My agent was on the phone for the umpteenth time this afternoon.
“Have you reached a decision yet?” She pestered. “The clock’s ticking”.
“I’ve already told you. I’m sitting on it.”
Of course, this was counter-intuitive. Anyone else would’ve leaped at the chance to play Victoria in Andrew Lloyd Webber’s Cats on Broadway. This was what I’d been dreaming and striving towards, ever since I put on my very first ballet slippers as a three year old. Yet, I knew that once I’d accepted, there’d be no turning back. That my life would never be my own again. Was it all worth selling my soul?
Or, did I even have a choice?
Of course not. I was the moth flying straight into the candle flame, but at least I was prepared.
I had my mum.
At the age of 16, my grandmother, concert pianist Eunice Gardiner, won a scholarship to study at the Royal Academy of Music in London. At the time, Eunice was a sheltered Australian school girl living in Sydney’s Bondi Junction with her family. There was never any question of Eunice travelling to London alone. Indeed, her father said he’d “rather throw her to the sharks in Sydney Harbour”. So, on the 3rd December, 1935 she set off with her mother on board the Esperance Bay.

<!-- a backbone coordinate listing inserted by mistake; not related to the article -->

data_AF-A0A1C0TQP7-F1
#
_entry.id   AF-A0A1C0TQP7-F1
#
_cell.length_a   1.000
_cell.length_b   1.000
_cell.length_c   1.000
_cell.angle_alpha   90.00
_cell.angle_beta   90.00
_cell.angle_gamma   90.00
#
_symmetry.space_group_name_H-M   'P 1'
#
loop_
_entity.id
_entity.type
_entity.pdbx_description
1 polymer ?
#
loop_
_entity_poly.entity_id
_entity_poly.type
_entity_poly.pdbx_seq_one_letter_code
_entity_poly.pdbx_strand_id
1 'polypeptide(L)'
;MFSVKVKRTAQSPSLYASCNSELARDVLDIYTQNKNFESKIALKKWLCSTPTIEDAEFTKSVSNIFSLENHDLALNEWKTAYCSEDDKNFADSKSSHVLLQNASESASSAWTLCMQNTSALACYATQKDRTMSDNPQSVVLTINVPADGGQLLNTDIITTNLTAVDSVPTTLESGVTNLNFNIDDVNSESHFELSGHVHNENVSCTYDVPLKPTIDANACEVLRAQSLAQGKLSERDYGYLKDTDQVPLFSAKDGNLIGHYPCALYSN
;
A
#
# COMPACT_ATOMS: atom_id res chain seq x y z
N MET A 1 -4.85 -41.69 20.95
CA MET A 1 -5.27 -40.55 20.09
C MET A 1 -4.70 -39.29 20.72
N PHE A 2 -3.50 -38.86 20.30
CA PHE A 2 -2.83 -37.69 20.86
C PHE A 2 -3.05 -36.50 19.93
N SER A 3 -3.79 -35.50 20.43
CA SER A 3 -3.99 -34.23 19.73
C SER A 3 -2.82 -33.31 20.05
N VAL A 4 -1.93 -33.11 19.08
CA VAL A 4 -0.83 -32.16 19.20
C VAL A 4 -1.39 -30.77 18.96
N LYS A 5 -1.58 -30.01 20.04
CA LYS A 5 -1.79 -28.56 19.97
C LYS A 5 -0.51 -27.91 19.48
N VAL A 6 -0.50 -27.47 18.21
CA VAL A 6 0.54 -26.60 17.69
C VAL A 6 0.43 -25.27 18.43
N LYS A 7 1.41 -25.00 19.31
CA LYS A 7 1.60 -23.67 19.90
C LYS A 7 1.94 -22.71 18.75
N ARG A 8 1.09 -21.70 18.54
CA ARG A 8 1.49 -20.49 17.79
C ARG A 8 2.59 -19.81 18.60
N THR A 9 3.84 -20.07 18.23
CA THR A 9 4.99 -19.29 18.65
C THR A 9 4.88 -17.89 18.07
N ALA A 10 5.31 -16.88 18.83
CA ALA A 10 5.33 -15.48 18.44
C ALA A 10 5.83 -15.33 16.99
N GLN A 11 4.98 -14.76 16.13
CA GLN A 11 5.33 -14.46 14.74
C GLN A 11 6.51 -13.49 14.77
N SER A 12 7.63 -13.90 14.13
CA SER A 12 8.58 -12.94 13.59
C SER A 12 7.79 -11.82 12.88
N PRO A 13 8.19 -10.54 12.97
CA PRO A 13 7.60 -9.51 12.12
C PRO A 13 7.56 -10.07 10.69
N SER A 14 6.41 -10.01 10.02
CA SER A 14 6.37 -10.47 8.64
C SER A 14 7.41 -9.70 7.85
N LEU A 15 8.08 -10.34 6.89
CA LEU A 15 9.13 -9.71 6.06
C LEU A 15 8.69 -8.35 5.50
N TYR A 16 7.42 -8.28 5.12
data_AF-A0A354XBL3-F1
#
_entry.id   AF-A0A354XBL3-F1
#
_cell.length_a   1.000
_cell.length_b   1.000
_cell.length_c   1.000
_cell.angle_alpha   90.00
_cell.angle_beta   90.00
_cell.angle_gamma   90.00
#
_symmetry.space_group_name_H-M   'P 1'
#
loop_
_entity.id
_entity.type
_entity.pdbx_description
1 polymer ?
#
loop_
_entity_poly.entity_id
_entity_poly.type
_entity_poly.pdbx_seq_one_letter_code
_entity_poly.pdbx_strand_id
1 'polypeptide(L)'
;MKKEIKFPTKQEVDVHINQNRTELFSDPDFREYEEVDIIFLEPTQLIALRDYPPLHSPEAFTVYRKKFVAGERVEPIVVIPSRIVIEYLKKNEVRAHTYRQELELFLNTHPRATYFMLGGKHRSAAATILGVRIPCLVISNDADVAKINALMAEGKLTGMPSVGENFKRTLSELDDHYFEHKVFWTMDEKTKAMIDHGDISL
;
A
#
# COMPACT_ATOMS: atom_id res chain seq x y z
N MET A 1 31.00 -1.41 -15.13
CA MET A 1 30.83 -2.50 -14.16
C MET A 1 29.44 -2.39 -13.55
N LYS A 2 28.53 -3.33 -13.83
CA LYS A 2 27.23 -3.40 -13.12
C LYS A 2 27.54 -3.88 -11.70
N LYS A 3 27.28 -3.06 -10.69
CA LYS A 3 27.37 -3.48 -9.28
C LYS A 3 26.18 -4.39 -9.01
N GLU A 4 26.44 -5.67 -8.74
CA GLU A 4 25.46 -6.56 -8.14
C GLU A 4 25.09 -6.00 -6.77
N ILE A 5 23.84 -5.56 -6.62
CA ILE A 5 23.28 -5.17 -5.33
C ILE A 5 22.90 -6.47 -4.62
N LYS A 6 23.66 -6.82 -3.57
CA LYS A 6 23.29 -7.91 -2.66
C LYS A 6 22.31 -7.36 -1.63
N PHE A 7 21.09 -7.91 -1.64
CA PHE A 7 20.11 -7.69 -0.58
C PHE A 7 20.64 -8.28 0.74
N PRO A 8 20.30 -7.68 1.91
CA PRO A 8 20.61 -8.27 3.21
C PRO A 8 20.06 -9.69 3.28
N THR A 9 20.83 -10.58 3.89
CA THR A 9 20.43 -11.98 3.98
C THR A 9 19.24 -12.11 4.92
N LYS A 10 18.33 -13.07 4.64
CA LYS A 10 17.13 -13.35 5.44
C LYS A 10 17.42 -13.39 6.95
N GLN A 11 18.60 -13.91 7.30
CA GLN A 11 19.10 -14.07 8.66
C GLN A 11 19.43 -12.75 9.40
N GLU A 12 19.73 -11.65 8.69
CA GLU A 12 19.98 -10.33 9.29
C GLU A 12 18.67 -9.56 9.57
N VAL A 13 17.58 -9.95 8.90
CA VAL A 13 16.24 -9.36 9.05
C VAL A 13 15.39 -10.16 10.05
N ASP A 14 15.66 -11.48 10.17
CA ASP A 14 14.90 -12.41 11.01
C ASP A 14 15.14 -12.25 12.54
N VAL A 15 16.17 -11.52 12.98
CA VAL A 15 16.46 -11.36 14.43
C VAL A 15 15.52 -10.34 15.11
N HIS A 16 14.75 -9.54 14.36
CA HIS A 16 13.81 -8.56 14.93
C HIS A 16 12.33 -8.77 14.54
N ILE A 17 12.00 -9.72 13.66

As it turned out, Eunice’s father died of a heart attack back in Australia four months later, and Her mother never saw her husband again. Eunice never saw her Dad. Moreover, Eunice’s older brother made personal sacrifices to continue supporting the pair in London. It was a very challenging road and Eunice’s incredible talent also had an incredible toll, especially for those around her. Indeed, in 1948 she left Sydney bound for New York leaving her husband, three young sons and mother behind. She returned about 12 months later at around 2.00am in the morning on Christmas Day morning. Hard to understand, and yet there have been times on my own parenting journey, I could’ve joined her.